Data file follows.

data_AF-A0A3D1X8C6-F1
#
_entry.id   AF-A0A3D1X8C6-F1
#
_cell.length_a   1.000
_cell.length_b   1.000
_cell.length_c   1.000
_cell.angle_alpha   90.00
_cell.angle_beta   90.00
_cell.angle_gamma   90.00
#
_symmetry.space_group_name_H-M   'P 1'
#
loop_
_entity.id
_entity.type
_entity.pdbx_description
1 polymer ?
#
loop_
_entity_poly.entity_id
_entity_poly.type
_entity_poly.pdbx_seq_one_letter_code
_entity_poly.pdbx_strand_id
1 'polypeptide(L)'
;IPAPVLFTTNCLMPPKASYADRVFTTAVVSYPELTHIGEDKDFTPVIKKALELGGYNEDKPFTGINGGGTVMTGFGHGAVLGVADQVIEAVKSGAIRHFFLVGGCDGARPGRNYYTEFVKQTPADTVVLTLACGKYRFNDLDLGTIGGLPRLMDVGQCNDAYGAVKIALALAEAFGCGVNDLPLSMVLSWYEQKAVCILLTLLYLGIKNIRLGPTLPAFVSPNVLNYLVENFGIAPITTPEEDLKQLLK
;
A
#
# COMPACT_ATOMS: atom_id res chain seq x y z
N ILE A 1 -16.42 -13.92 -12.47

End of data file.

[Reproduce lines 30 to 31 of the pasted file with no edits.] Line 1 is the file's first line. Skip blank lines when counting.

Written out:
# COMPACT_ATOMS: atom_id res chain seq x y z
N ILE A 1 -16.42 -13.92 -12.47